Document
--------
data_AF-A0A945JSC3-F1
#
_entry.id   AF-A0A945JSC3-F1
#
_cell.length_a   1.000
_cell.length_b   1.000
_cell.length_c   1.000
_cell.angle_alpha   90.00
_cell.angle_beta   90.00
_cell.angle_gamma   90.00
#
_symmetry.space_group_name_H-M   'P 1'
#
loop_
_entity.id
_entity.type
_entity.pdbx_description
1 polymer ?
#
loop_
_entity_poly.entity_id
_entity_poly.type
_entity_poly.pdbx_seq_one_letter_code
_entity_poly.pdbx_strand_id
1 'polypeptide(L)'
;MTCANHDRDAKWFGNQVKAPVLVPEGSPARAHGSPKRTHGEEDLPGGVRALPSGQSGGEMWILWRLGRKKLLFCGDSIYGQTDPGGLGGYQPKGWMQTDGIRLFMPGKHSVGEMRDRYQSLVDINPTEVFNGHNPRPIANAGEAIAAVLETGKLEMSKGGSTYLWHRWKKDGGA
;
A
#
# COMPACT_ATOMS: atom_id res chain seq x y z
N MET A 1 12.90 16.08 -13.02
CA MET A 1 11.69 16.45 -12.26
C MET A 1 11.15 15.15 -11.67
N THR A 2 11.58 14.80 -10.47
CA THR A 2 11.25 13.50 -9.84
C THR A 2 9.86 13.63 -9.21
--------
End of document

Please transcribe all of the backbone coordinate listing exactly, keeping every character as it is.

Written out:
data_AF-A0A945JSC3-F1
#
_entry.id   AF-A0A945JSC3-F1
#
_cell.length_a   1.000
_cell.length_b   1.000
_cell.length_c   1.000
_cell.angle_alpha   90.00
_cell.angle_beta   90.00
_cell.angle_gamma   90.00
#
_symmetry.space_group_name_H-M   'P 1'
#
loop_
_entity.id
_entity.type
_entity.pdbx_description
1 polymer ?
#
loop_
_entity_poly.entity_id
_entity_poly.type
_entity_poly.pdbx_seq_one_letter_code
_entity_poly.pdbx_strand_id
1 'polypeptide(L)'
;MTCANHDRDAKWFGNQVKAPVLVPEGSPARAHGSPKRTHGEEDLPGGVRALPSGQSGGEMWILWRLGRKKLLFCGDSIYGQTDPGGLGGYQPKGWMQTDGIRLFMPGKHSVGEMRDRYQSLVDINPTEVFNGHNPRPIANAGEAIAAVLETGKLEMSKGGSTYLWHRWKKDGGA
;
A
#
# COMPACT_ATOMS: atom_id res chain seq x y z
N MET A 1 12.90 16.08 -13.02
CA MET A 1 11.69 16.45 -12.26
C MET A 1 11.15 15.15 -11.67
N THR A 2 11.58 14.80 -10.47
CA THR A 2 11.25 13.50 -9.84
C THR A 2 9.86 13.63 -9.21